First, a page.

Research Article on ‘Follow the Science’ Rhetoric Wins Policy & Politics Ken Young Prize

Image celebrating the Ken Young Award recipients

We are excited to announce that the publication, “Analysing the ‘follow the science’ rhetoric of government responses to COVID-19 Link “, co-authored by Margaret MacAulay, GSL Research Director of Public Health Institutions Patrick Fafard, Adèle Cassola and Michèle Palkovits, has been selected to receive the Ken Young Prize Link . This award is given to the best article judged to represent excellence in the field published in Policy & Politics.  

“I’m honoured to receive the Ken Young Prize from Policy & Politics for our article ‘Analyzing the ‘Follow the Science’ Rhetoric of Government Responses to COVID-19,’ alongside lead author Margaret MacAulay and co-authors Michele Palkovits and Adéle Cassola,” says Professor Fafard. “This award highlights the excellence in research emerging across the Global Strategy Lab (GSL). As embedded in the core interdisciplinary foundations of GSL, this recognition further supports our commitment to innovative approaches when addressing research gaps.”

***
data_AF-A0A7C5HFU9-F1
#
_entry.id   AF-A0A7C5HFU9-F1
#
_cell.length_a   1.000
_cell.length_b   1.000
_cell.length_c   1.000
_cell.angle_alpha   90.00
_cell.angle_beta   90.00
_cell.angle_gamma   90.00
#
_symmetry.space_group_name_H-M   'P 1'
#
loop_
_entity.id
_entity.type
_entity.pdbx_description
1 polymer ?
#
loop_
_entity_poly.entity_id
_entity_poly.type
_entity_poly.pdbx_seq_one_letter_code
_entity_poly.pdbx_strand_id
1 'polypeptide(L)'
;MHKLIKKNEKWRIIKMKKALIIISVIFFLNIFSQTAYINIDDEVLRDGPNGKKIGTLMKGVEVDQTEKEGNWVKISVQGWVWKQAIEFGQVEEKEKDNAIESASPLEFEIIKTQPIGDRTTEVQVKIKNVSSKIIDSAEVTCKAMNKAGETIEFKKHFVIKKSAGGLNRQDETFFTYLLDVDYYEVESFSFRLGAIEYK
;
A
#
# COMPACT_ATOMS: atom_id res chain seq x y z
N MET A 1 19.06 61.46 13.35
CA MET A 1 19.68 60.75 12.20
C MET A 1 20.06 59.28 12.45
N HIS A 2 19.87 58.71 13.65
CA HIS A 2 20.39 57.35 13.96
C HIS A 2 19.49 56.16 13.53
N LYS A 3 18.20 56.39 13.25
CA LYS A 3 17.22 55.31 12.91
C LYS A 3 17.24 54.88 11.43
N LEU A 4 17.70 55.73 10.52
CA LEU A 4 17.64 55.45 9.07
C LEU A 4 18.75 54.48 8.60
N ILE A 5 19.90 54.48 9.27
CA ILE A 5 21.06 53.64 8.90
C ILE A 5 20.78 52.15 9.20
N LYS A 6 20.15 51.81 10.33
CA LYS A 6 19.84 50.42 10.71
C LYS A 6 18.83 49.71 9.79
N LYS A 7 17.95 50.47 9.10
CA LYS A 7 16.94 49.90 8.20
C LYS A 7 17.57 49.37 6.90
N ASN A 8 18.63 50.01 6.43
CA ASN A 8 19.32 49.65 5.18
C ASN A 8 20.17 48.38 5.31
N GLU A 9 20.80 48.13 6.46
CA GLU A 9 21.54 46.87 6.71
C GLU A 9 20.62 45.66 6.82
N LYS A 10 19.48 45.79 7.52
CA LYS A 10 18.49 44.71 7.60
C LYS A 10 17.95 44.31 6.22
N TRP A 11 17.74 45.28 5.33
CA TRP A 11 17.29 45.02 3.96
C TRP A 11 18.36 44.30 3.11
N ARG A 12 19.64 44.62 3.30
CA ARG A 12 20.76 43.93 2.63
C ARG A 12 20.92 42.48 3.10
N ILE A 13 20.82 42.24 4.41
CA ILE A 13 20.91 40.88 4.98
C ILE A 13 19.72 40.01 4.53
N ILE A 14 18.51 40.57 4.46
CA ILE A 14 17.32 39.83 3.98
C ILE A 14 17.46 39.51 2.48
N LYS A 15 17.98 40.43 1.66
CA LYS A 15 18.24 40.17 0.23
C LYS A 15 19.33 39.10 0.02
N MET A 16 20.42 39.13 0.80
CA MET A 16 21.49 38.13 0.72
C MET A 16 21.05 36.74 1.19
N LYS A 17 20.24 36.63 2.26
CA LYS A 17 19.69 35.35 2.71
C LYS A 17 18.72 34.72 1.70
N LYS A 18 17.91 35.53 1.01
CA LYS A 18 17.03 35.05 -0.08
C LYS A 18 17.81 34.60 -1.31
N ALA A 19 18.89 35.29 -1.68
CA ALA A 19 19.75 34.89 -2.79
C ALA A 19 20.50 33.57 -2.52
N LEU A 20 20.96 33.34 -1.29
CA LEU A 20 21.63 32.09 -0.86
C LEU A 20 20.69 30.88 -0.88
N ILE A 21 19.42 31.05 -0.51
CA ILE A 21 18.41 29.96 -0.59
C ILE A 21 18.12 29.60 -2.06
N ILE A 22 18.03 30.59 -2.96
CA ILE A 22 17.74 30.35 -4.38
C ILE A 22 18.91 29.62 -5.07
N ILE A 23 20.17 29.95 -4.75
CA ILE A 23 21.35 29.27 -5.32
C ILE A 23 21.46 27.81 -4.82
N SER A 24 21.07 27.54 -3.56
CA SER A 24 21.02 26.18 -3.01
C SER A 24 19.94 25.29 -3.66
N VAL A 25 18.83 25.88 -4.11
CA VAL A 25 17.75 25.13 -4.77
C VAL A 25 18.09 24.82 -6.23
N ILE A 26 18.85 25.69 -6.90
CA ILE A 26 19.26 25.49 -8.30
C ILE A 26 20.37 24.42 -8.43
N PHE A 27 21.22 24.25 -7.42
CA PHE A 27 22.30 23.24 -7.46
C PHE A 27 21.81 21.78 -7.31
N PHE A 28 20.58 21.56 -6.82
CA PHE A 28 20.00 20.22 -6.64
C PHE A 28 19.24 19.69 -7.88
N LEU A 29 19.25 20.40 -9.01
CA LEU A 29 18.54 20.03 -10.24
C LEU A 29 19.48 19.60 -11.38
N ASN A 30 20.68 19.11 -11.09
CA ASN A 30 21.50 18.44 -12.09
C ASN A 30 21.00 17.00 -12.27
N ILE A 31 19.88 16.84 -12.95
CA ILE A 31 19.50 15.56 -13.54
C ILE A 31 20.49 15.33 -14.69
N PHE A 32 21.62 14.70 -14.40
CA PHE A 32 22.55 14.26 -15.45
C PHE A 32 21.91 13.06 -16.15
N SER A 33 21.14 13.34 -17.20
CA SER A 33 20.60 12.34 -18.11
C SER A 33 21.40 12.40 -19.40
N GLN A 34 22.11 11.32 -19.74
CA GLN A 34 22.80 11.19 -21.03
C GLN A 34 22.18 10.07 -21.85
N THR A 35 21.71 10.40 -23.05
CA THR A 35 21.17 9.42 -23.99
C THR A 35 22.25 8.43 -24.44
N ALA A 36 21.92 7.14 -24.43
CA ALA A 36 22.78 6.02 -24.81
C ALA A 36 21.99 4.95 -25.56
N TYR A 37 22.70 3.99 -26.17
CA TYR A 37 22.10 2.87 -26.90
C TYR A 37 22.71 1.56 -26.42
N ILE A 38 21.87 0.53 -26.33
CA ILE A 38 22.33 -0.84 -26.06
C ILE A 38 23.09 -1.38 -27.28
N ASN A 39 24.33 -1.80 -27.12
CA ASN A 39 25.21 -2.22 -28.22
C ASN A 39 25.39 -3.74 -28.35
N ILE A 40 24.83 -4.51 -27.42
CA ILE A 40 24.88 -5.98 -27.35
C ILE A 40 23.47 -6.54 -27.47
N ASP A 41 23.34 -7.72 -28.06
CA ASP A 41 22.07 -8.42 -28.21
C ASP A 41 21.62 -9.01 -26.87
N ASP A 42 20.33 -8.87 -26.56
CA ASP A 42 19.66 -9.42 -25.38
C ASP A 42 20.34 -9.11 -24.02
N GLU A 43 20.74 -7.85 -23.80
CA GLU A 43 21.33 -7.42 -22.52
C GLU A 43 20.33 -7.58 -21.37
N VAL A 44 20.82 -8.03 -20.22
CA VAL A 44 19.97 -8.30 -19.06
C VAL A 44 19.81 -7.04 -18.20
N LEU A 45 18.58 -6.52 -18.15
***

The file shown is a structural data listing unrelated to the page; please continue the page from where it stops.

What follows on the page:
Hand of a person playing chess

The award-winning article fills a gap in existing research by examining how the phrase “following the science” misrepresents the role of scientific evidence in policymaking, the relationship between politicians and public health officials, and the locus of accountability for public health decisions. 

By analyzing instances when elected leaders used this phrase in relation to issues such as mass event cancellations, border closures, face masks, and in-person learning, the Global Strategy Lab’s Public Health Institutions team found that politicians commonly used the term “following the science” to deflect responsibility onto government processes and public servants.  

The authors concluded that, in mature democratic countries, credit and blame for government decisions are borne by elected politicians, not those appointed to advise them. Their research raises important questions about the connection between science and politics and how the latter can manipulate the former for political gains. 


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